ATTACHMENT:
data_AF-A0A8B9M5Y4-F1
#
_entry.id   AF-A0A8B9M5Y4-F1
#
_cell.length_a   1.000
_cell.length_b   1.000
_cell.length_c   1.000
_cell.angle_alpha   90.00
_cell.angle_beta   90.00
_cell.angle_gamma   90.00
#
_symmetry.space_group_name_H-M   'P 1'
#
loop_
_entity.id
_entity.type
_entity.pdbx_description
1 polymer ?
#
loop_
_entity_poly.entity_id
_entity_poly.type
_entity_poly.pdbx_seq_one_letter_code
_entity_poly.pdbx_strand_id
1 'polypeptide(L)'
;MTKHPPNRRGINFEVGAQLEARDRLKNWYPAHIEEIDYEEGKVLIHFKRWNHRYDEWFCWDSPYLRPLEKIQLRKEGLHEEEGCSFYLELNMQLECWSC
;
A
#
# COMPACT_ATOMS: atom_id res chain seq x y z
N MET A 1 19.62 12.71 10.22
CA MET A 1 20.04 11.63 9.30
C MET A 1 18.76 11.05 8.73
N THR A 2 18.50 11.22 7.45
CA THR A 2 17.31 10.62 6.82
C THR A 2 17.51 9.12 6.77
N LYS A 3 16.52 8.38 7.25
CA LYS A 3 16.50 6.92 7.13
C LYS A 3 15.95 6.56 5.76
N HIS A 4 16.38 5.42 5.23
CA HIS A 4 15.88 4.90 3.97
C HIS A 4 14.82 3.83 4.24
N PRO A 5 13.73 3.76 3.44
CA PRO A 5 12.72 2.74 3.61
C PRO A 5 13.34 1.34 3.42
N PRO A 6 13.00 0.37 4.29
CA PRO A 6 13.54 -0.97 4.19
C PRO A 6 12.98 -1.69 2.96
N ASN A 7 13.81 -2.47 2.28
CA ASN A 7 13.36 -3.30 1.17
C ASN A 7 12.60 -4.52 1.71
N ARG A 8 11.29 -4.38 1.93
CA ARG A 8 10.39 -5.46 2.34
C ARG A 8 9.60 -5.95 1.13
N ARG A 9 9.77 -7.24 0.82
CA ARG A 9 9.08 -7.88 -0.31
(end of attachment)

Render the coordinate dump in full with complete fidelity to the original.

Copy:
data_AF-A0A8B9M5Y4-F1
#
_entry.id   AF-A0A8B9M5Y4-F1
#
_cell.length_a   1.000
_cell.length_b   1.000
_cell.length_c   1.000
_cell.angle_alpha   90.00
_cell.angle_beta   90.00
_cell.angle_gamma   90.00
#
_symmetry.space_group_name_H-M   'P 1'
#
loop_
_entity.id
_entity.type
_entity.pdbx_description
1 polymer ?
#
loop_
_entity_poly.entity_id
_entity_poly.type
_entity_poly.pdbx_seq_one_letter_code
_entity_poly.pdbx_strand_id
1 'polypeptide(L)'
;MTKHPPNRRGINFEVGAQLEARDRLKNWYPAHIEEIDYEEGKVLIHFKRWNHRYDEWFCWDSPYLRPLEKIQLRKEGLHEEEGCSFYLELNMQLECWSC
;
A
#
# COMPACT_ATOMS: atom_id res chain seq x y z
N MET A 1 19.62 12.71 10.22
CA MET A 1 20.04 11.63 9.30
C MET A 1 18.76 11.05 8.73
N THR A 2 18.50 11.22 7.45
CA THR A 2 17.31 10.62 6.82
C THR A 2 17.51 9.12 6.77
N LYS A 3 16.52 8.38 7.25
CA LYS A 3 16.50 6.92 7.13
C LYS A 3 15.95 6.56 5.76
N HIS A 4 16.38 5.42 5.23
CA HIS A 4 15.88 4.90 3.97
C HIS A 4 14.82 3.83 4.24
N PRO A 5 13.73 3.76 3.44
CA PRO A 5 12.72 2.74 3.61
C PRO A 5 13.34 1.34 3.42
N PRO A 6 13.00 0.37 4.29
CA PRO A 6 13.54 -0.97 4.19
C PRO A 6 12.98 -1.69 2.96
N ASN A 7 13.81 -2.47 2.28
CA ASN A 7 13.36 -3.30 1.17
C ASN A 7 12.60 -4.52 1.71
N ARG A 8 11.29 -4.38 1.93
CA ARG A 8 10.39 -5.46 2.34
C ARG A 8 9.60 -5.95 1.13
N ARG A 9 9.77 -7.24 0.82
CA ARG A 9 9.08 -7.88 -0.31